Forgery in the Bible: Were 1 and 2 Timothy really forged? Part II

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By Erik Manning

In his letter to the Romans, we learn that Paul was accused of lying in order to bring more glory to God. Some slanderously claimed that Paul would say, “let us do evil that good may result.” Paul, not known to mince words, responded tersely: “their condemnation is just!” (Romans 3:4-8)

Forgery in the Bible: Were 1 and 2 Timothy really forged? Part II

For Paul, lying in the name of God was definitely not OK, even if it was for a good cause. But that is precisely what the Pastoral epistles do, according to critical scholars like Bart Ehrman. Allegedly someone wanted to borrow Paul’s gravitas and so used his name to address some in-house church issues, particularly in 1 and 2 Timothy.

In my first post, I went into detail the positive case for the Pauline authorship of the letters to Timothy. Today we’ll listen to the critics and see just how strong their arguments are.

UnPauline Vocabulary?

One of the more popular objections to Pauline authorship is the difference in vocabulary between the undisputed letters of Paul and the Pastorals. Here’s noted biblical scholar Bart Ehrman:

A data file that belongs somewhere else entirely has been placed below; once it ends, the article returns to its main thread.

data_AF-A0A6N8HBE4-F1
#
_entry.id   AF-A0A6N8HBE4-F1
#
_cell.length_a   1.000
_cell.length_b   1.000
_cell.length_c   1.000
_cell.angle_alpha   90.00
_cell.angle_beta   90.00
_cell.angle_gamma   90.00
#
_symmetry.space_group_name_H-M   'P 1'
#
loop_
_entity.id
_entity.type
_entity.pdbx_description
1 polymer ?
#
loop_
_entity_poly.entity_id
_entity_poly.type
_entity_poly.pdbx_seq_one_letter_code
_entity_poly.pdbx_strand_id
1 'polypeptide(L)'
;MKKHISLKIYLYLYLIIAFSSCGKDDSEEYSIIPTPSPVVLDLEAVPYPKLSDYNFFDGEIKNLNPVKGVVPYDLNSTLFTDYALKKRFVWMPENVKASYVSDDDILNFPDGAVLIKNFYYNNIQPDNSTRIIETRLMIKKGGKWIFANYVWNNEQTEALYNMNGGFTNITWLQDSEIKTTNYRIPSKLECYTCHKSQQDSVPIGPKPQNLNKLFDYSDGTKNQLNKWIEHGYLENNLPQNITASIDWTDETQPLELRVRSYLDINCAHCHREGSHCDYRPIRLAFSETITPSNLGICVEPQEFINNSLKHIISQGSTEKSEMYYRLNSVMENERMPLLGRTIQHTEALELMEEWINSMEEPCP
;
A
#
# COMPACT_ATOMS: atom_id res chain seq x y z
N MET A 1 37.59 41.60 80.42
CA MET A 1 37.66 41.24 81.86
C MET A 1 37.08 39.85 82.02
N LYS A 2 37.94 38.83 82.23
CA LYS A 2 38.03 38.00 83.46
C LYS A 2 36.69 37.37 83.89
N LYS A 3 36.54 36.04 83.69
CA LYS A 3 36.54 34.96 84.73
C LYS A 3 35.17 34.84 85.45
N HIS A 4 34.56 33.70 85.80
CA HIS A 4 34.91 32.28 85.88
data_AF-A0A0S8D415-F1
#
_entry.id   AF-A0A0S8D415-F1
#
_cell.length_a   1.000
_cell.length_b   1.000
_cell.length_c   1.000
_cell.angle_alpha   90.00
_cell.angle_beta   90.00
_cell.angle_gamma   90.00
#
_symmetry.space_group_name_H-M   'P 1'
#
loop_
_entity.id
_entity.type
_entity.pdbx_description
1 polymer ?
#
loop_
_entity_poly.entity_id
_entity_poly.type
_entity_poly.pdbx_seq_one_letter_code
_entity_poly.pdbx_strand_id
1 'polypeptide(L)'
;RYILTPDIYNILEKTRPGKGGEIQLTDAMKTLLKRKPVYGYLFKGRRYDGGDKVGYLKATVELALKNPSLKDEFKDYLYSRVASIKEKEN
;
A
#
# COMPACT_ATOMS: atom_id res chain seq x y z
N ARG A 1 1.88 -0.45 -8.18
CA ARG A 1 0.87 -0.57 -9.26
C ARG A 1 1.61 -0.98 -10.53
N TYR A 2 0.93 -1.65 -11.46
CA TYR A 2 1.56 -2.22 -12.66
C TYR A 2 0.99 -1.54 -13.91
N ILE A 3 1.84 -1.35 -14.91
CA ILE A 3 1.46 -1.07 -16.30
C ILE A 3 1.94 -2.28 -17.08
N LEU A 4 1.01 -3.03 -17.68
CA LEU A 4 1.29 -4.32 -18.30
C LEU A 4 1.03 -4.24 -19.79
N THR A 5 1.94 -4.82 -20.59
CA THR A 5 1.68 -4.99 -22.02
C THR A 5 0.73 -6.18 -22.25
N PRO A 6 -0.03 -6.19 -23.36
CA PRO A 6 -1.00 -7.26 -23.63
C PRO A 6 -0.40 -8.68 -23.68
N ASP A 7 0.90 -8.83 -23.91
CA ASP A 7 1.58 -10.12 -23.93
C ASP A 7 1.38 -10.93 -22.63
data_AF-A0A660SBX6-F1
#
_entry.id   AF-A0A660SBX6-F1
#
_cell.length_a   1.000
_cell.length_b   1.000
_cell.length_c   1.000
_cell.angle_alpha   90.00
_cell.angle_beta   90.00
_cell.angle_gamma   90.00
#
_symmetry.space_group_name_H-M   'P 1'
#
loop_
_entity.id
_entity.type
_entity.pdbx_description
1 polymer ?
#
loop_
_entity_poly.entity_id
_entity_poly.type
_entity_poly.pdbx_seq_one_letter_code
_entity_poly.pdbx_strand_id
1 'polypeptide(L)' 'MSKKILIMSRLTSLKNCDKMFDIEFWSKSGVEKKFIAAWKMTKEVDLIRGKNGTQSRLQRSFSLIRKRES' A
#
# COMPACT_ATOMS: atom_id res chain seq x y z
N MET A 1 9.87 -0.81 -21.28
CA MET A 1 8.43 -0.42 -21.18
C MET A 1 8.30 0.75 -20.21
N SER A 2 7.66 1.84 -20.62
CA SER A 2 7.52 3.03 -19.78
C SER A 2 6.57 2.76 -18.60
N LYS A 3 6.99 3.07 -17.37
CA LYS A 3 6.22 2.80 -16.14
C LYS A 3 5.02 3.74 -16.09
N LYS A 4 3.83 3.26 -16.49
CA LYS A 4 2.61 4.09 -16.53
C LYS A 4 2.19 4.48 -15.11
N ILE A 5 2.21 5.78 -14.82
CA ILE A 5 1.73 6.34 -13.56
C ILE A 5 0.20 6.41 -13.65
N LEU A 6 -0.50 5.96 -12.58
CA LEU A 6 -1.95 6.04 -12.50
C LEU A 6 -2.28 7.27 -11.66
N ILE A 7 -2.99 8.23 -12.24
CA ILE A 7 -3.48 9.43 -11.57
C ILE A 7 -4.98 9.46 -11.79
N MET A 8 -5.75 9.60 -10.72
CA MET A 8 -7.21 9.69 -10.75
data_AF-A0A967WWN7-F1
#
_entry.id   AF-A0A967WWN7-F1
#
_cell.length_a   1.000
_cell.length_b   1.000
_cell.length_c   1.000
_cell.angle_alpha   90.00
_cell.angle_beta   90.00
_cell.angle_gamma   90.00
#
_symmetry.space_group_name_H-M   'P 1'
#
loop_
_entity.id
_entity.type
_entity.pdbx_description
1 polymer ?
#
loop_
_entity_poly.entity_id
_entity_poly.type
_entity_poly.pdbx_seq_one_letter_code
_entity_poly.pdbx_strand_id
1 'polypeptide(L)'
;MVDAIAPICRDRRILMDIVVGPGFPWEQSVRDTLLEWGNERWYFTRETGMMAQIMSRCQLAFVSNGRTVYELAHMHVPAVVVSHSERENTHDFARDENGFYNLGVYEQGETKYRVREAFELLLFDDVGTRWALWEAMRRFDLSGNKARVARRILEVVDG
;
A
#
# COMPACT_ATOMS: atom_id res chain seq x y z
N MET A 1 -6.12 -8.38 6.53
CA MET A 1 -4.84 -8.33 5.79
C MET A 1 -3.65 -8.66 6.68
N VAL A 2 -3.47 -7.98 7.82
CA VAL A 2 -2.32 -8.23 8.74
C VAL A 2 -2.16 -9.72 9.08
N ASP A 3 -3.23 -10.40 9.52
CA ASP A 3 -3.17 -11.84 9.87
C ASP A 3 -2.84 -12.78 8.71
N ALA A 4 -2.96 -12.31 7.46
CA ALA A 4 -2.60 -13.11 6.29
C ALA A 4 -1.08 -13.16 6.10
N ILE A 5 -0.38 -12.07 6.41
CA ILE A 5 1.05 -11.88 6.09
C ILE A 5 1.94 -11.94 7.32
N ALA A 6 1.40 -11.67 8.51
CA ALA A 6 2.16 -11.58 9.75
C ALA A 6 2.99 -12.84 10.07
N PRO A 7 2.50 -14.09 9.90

“There are 848 different words used in the pastoral letters. Of that number 306-over, one-third of them! –do not occur in any of the other Pauline letters of the New Testament. That’s an inordinately high number; especially given the fact that about two-thirds of these 306 words are used by Christian authors living in the second century. This suggests the author is using a vocabulary that was becoming more common after the days of Paul, and that he too, therefore, lived after Paul.” (Forged: Writing in The Name of God – Why The Bible’s Authors Are Not Who We Think They Are. Pg 112)

If you don’t find this too persuasive of an argument, I can’t say that I blame you. We all know that we use a different range of vocabulary based upon our audience. Paul’s letter to Timothy was a personal letter written to one of his spiritual sons and a fellow minister of the gospel, unlike his letter to the Romans, a large church body whom he hadn’t met yet. It’s not hard to see why his vocabulary is different.